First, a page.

Wednesday, December 23, 2015

A Different Kind of Christmas Story

 (This is my Christmas letter to Grace Church)

            It was a hot day in June of my 12th year.  I had been away at summer camp all week.  On Friday afternoon mom and dad met the bus to pick me up and take me home.  As we got ready to pull into the driveway, I saw my border collie, Tippy, lying in the road ditch.  I hoped against hope that he was just taking a nap while he waited for me to get home.  Unfortunately, Highway 94 in south Graves County had claimed another family pet.  As my dad made ready to lay Tippy to rest, I walked the field behind the house...a complete and total mess.  That day I swore to myself that I would never, ever, never love another dog.  What was the point?  I'd just get attached and something would happen to it.  So at 12 years old, I gave up on having a dog.  Forever. 

            Over 30 years later, something began to change.  Every now and then I'd find myself thinking about Tippy and thinking that it might be nice to have another one.  But I didn't want to go through that again, and since I was allergic to short haired dogs, that was a good enough excuse.  I'd see one and say, "Stupid dog."  I'd hear someone talking about their dog chewing up the couch I'd say, "That's why I have cats.  Dogs are stupid.  Cats don't care if you're there or not."  I tried hard to hate dogs.  The truth was, though, I was just scared of losing another one.         

            Then the desire got strong enough that I actually started looking for one, but it was going to have to be the right one...the perfect dog.  It couldn't make me sneeze.  It couldn't bark.  It couldn't chew up my house shoes.  It couldn't go ripping around the house, and it couldn't dig up my yard.  I figured that if I set the requirements high enough, I'd never find the perfect dog, and I could say, "Well, hey, I tried."

            Well...I found one.  But he wasn't perfect.  He didn't make me sneeze, but he barks some.  When I went to meet him, he was a nervous wreck.  He couldn't control his bladder.  He cowered.  He wouldn't come to me.  As the shelter director told me his story, my walls started coming down.  He had been mistreated all of his life.  He didn't trust men.  He was malnourished.  He was dirty.  He needed to be loved.  After 30 minutes or so, I thanked them for letting me meet him and left.  All week long I kept thinking about that stupid dog.  I spent the next several days going back and forth between wanting to rescue him and give him a shot at a decent life, and thinking that the last thing I needed was a dog to take care of.  Then late this week I said to myself, "What are you so afraid of?  Just do it.  He needs you."

            Now, why have I written about that in a Christmas letter to the church I serve?  There are a couple reasons.  One, this time of year brings to mind a great many hurts in our own lives.  Many of us are dealing with grief that will never go away, and the best we can hope is that time will somehow ease our pain.  Nothing that anyone can say or do will make that just go away, and I want to honor that place in your lives.  Well-meaning people will, to their error, try to convince us that it's time to just move on.  However, some of the things we are grieving can never be replaced or forgotten, nor should they be.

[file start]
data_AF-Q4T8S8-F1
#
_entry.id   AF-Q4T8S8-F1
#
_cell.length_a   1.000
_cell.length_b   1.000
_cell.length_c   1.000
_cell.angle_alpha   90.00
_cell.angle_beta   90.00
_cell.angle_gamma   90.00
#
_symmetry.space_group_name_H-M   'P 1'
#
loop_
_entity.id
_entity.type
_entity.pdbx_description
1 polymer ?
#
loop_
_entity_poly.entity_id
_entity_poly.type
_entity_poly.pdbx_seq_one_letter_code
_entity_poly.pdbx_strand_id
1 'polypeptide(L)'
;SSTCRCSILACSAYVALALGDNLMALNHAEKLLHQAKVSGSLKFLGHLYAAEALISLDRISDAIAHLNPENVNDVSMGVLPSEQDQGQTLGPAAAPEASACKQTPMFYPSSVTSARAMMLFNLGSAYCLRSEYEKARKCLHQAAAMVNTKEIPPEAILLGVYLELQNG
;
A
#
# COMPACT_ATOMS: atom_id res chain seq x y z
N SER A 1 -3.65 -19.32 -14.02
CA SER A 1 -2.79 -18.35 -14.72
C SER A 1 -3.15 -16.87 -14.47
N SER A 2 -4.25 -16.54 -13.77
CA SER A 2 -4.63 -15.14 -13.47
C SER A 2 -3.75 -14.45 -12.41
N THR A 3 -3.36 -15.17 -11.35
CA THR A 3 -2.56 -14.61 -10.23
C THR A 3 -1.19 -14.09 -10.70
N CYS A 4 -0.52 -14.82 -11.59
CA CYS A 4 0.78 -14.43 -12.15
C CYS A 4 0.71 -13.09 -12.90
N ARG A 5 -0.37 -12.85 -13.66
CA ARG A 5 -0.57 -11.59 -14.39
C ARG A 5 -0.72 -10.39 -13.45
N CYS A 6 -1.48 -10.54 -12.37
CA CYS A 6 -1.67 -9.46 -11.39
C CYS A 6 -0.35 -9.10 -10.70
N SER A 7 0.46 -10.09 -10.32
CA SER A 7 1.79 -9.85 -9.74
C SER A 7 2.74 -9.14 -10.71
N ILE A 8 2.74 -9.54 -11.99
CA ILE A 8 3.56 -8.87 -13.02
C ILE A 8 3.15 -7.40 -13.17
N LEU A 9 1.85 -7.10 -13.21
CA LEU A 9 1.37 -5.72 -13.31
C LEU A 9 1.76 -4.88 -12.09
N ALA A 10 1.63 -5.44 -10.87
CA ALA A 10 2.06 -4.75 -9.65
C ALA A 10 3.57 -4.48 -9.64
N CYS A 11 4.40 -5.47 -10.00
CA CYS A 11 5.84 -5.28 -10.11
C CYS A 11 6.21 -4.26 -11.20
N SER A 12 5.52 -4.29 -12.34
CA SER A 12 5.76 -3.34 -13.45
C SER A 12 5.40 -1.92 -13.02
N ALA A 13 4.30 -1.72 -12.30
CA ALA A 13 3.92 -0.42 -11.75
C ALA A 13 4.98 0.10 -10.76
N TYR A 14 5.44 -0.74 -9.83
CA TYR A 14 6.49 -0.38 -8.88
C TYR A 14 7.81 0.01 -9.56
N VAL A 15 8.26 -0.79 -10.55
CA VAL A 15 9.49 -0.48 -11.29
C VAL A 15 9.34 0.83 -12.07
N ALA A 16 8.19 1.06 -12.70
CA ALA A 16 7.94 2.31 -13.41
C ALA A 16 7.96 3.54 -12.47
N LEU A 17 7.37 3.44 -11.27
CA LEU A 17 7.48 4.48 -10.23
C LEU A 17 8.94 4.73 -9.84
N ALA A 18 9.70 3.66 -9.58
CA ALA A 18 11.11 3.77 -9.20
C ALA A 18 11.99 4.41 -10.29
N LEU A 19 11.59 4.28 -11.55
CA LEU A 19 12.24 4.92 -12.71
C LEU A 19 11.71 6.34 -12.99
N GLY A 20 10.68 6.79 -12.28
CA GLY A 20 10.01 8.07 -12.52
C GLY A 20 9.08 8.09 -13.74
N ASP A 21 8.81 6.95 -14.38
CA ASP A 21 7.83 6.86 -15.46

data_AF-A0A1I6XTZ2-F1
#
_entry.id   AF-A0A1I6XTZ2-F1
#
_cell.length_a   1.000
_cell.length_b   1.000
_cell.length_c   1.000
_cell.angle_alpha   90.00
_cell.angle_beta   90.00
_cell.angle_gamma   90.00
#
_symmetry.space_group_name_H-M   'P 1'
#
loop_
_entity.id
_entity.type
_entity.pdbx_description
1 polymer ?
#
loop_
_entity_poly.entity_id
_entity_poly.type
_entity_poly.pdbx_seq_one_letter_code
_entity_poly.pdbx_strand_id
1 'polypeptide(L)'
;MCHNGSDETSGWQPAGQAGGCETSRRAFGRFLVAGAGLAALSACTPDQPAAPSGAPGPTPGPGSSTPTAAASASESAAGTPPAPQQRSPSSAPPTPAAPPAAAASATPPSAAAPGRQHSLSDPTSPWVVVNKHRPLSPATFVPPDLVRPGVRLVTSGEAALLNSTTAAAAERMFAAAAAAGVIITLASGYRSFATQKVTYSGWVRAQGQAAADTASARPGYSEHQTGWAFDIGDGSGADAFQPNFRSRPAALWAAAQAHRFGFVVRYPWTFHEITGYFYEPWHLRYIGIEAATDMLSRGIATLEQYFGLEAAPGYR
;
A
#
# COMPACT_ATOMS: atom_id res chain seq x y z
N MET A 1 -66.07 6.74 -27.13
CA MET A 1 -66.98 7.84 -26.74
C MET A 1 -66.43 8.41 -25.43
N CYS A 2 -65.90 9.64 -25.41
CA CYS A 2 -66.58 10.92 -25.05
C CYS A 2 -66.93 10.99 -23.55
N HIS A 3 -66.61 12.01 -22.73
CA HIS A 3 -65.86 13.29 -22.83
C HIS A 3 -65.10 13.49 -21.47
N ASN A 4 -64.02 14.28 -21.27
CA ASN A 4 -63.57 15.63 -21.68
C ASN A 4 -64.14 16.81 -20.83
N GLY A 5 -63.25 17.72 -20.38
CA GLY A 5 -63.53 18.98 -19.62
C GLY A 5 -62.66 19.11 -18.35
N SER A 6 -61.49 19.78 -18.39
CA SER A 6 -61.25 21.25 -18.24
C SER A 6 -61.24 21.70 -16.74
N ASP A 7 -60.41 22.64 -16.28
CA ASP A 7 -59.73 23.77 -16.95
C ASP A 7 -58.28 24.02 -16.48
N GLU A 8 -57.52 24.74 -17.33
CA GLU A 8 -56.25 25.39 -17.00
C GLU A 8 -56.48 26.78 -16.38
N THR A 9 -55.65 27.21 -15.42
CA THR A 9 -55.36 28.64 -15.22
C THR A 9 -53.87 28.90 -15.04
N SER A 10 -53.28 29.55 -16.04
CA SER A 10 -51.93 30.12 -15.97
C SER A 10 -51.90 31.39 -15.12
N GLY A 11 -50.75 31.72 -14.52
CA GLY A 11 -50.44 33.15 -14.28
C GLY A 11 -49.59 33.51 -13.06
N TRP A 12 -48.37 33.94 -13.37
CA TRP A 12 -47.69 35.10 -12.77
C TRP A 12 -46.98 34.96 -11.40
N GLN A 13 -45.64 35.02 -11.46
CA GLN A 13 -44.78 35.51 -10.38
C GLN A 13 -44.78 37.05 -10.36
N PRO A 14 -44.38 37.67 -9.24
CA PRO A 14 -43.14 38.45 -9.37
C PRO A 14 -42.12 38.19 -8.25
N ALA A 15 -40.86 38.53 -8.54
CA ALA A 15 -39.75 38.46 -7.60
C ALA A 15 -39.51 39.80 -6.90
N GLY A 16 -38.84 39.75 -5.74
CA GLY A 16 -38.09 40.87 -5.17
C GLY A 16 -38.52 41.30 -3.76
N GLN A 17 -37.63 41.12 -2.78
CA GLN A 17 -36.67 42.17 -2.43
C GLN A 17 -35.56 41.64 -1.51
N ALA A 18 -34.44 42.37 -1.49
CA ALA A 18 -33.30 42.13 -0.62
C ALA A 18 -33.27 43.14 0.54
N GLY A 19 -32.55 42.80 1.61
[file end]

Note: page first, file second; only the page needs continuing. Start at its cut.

Still, this is also a time to remember that there are, walking among us, an immeasurable number of people who want one be loved.  They're not perfect.  Many have things in their past that have separated them from family and friends.  Some are struggling financially.  Many have experienced some great loss in their lives this year.  For people who find themselves in any of those situations, this season only amplifies the effects of depression and anxiety.

            The baby that we gather this week to celebrate grew up to tell us that those were the ones he came for.  We may have never thought about it quite that way, but the very reason there is a Christmas season is because there was, and will always be, someone who needs to be loved.  Since Christ's presence on earth now is no longer a physical one, the work of bringing love, joy, peace, and hope to a hurting world falls squarely on our shoulders as his followers.  This season calls us to be even more intentional about doing just that.

            At Grace, our mission statement is to "Connect people to Christ and to each other."  It's not just a catchy slogan that looks good on the sign out front.  It's at the center of who we are...the work we've been called to...our very reason for existing.  We are here for the ones who feel that, for whatever reason, they aren't loved.  If you would like to partner with us on this awesome task, we can help change the world one relationship at a time.  It's not an easy work that we're called to...but it can be life changing.  By helping support the ministries of the church we can bring hope, joy, peace, and love to a hurting world.        

            His name is now Perry, and he's so ugly that he's cute.  This week he found a new home.  The first four years of his life have been filled with fear and suffering.  This Christmas, he has shown me that love really does conquer fear and I'm going to do all I can to make sure that for the rest of his life...he knows that he's loved.  We, as a church, can do the same for any who cross our paths. 




Grace Church LaCenter
PO Box 330
LaCenter, KY 42056

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